para. 1 of the Convention.

        According to the established case-law of the European Court of
Human Rights the question of impartiality can be tested in various
ways.  Hence, one can distinguish between a subjective approach, that
is endeavouring to ascertain the personal conviction of a given judge
in a given case, and an objective approach, that is determining
whether he offered a guarantee sufficient to exclude any legitimate
doubt in this respect.

        The judge in the present case did not display any personal
hostility or ill-will towards the applicant.  However, the fact that
the case was decided by a person who earlier in the same case had
acted as deputy chief of police must lead to the conclusion that the
applicant's case was not heard by an impartial tribunal.  A judge who
one day is working closely with the police as its superior and the
next day is deciding a case where the police is clearly on the other
side, cannot be seen to do justice.  In the present case the judge in
question, in his capacity as deputy chief of police, had earlier sent
the applicant two letters offering him to settle the case by paying a
fine.  By doing this he must have made up his mind and decided by
himself that the applicant was guilty of both charges.  He cannot
therefore be considered an impartial judge when he afterwards is
called upon to decide in the case as a judge.

        Due to the similarity between the present case and the case of
De Cubber, it is finally interesting to compare the status of the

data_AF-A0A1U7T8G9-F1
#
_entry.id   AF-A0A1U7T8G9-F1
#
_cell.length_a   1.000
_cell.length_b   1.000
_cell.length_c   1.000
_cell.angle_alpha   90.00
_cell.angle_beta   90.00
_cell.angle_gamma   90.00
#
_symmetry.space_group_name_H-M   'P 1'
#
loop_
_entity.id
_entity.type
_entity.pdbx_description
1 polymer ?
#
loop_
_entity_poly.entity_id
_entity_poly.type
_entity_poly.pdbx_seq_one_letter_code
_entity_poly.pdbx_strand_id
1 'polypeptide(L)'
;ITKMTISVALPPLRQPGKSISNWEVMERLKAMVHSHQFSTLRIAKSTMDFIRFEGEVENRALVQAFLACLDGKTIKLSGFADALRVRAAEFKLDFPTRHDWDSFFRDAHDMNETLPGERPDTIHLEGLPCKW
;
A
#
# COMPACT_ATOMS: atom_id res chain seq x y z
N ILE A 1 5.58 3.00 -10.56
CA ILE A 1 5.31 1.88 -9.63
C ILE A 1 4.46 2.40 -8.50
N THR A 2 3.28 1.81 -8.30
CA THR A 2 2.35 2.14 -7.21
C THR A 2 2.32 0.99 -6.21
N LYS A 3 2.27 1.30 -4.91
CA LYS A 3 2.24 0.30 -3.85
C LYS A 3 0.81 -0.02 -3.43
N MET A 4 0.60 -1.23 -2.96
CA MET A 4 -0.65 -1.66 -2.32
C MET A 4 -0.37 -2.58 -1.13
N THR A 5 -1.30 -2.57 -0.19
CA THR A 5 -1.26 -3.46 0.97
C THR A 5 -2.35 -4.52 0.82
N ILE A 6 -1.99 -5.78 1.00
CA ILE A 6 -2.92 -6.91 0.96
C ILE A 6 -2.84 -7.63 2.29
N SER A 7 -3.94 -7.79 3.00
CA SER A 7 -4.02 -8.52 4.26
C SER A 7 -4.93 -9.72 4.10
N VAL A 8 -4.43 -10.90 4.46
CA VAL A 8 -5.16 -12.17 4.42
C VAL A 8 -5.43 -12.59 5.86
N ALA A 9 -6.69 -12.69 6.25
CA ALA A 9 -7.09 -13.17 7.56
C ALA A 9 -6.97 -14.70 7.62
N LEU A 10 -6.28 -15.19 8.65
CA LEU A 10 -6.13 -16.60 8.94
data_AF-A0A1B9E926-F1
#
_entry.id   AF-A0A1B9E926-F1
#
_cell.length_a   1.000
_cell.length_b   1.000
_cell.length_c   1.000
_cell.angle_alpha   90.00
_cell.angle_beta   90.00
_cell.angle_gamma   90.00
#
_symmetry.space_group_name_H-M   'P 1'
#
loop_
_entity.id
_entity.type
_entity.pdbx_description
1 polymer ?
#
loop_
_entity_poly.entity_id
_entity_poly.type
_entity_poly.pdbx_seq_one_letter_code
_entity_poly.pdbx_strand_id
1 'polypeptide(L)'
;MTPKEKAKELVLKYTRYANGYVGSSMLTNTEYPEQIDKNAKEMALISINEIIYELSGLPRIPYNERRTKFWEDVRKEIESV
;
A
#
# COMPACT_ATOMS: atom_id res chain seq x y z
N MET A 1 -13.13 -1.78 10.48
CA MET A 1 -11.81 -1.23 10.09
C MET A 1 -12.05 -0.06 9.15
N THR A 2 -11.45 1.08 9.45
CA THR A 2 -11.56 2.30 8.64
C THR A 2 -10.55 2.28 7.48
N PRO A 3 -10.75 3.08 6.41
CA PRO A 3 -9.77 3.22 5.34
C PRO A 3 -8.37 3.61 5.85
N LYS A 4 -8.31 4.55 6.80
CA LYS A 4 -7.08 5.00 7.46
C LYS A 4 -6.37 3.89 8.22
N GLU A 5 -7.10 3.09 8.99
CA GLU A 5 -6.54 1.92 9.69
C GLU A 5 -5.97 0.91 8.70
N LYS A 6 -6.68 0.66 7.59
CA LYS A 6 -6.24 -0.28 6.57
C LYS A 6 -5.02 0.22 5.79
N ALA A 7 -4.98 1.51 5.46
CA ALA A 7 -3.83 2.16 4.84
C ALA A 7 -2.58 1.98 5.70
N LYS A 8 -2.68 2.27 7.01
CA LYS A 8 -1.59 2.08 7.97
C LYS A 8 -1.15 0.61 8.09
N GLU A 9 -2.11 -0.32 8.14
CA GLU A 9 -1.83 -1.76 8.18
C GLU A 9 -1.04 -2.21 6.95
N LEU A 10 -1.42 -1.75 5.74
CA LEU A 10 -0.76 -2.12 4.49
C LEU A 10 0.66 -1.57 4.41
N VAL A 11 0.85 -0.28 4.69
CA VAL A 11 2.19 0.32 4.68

chief of police or deputy chief of police in Iceland with the role of
the investigating judge in Belgium.  According to the applicable
Icelandic legislation the public prosecutor of Iceland orders
investigations in criminal cases, directs and supervises them.  He
may issue orders and instructions to the police carrying out an
investigation and may attend it personally or have his deputy attend.
Furthermore, the chiefs of police shall, when they consider it
appropriate or necessary, commence an investigation owing to suspected
offences, whether or not they have received a request.  In this regard
they are subject to the orders of the public prosecutor.

        Accordingly, as regards the criminal investigation, it is
clear that the chiefs of police in Iceland are placed under the
orders and instructions of the public prosecutor.  This comparison of
the status of the investigating judges in Belgium and the chiefs of
police in Iceland reveals that the chiefs of police in Iceland are
more dependent on the public prosecutor than the investigating judges
in Belgium.  Therefore, they should be considered more partial as
judges in criminal proceedings because of their close ties with one of
the parties to the proceedings.

        In the light of the above the applicant is of the opinion that